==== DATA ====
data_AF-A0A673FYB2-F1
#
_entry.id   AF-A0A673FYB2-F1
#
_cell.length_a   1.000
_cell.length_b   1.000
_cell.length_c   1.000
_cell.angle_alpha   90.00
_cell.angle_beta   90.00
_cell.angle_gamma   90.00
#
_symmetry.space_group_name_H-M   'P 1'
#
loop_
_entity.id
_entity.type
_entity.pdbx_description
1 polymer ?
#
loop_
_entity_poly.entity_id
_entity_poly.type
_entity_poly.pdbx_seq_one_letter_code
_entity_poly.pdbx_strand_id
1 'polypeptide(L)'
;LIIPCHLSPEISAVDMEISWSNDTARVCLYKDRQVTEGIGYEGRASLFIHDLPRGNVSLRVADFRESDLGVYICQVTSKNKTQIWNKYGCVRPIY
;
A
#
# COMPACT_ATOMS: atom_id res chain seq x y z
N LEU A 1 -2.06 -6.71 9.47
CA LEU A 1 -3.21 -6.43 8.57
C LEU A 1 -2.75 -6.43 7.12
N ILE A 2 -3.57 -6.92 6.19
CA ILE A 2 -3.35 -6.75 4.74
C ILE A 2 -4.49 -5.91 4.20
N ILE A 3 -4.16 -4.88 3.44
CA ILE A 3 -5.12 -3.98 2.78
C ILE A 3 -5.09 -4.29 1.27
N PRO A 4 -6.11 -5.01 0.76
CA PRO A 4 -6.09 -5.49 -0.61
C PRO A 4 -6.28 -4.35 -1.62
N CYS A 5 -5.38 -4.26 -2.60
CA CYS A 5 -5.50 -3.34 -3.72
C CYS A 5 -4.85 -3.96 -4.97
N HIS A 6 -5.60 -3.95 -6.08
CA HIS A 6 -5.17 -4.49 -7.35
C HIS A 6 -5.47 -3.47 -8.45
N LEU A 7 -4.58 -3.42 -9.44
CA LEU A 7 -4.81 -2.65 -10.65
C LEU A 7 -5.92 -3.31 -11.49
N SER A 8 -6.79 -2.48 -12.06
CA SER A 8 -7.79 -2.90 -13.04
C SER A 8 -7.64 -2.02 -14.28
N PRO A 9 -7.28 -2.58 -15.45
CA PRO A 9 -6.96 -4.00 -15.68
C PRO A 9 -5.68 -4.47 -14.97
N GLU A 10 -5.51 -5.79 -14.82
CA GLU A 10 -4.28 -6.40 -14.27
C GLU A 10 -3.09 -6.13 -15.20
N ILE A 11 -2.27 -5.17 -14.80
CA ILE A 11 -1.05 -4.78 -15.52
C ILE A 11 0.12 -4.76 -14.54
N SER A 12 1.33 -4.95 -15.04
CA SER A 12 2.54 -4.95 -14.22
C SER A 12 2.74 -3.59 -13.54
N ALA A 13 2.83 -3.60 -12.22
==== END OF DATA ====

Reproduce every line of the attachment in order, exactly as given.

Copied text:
data_AF-A0A673FYB2-F1
#
_entry.id   AF-A0A673FYB2-F1
#
_cell.length_a   1.000
_cell.length_b   1.000
_cell.length_c   1.000
_cell.angle_alpha   90.00
_cell.angle_beta   90.00
_cell.angle_gamma   90.00
#
_symmetry.space_group_name_H-M   'P 1'
#
loop_
_entity.id
_entity.type
_entity.pdbx_description
1 polymer ?
#
loop_
_entity_poly.entity_id
_entity_poly.type
_entity_poly.pdbx_seq_one_letter_code
_entity_poly.pdbx_strand_id
1 'polypeptide(L)'
;LIIPCHLSPEISAVDMEISWSNDTARVCLYKDRQVTEGIGYEGRASLFIHDLPRGNVSLRVADFRESDLGVYICQVTSKNKTQIWNKYGCVRPIY
;
A
#
# COMPACT_ATOMS: atom_id res chain seq x y z
N LEU A 1 -2.06 -6.71 9.47
CA LEU A 1 -3.21 -6.43 8.57
C LEU A 1 -2.75 -6.43 7.12
N ILE A 2 -3.57 -6.92 6.19
CA ILE A 2 -3.35 -6.75 4.74
C ILE A 2 -4.49 -5.91 4.20
N ILE A 3 -4.16 -4.88 3.44
CA ILE A 3 -5.12 -3.98 2.78
C ILE A 3 -5.09 -4.29 1.27
N PRO A 4 -6.11 -5.01 0.76
CA PRO A 4 -6.09 -5.49 -0.61
C PRO A 4 -6.28 -4.35 -1.62
N CYS A 5 -5.38 -4.26 -2.60
CA CYS A 5 -5.50 -3.34 -3.72
C CYS A 5 -4.85 -3.96 -4.97
N HIS A 6 -5.60 -3.95 -6.08
CA HIS A 6 -5.17 -4.49 -7.35
C HIS A 6 -5.47 -3.47 -8.45
N LEU A 7 -4.58 -3.42 -9.44
CA LEU A 7 -4.81 -2.65 -10.65
C LEU A 7 -5.92 -3.31 -11.49
N SER A 8 -6.79 -2.48 -12.06
CA SER A 8 -7.79 -2.90 -13.04
C SER A 8 -7.64 -2.02 -14.28
N PRO A 9 -7.28 -2.58 -15.45
CA PRO A 9 -6.96 -4.00 -15.68
C PRO A 9 -5.68 -4.47 -14.97
N GLU A 10 -5.51 -5.79 -14.82
CA GLU A 10 -4.28 -6.40 -14.27
C GLU A 10 -3.09 -6.13 -15.20
N ILE A 11 -2.27 -5.17 -14.80
CA ILE A 11 -1.05 -4.78 -15.52
C ILE A 11 0.12 -4.76 -14.54
N SER A 12 1.33 -4.95 -15.04
CA SER A 12 2.54 -4.95 -14.22
C SER A 12 2.74 -3.59 -13.54
N ALA A 13 2.83 -3.60 -12.22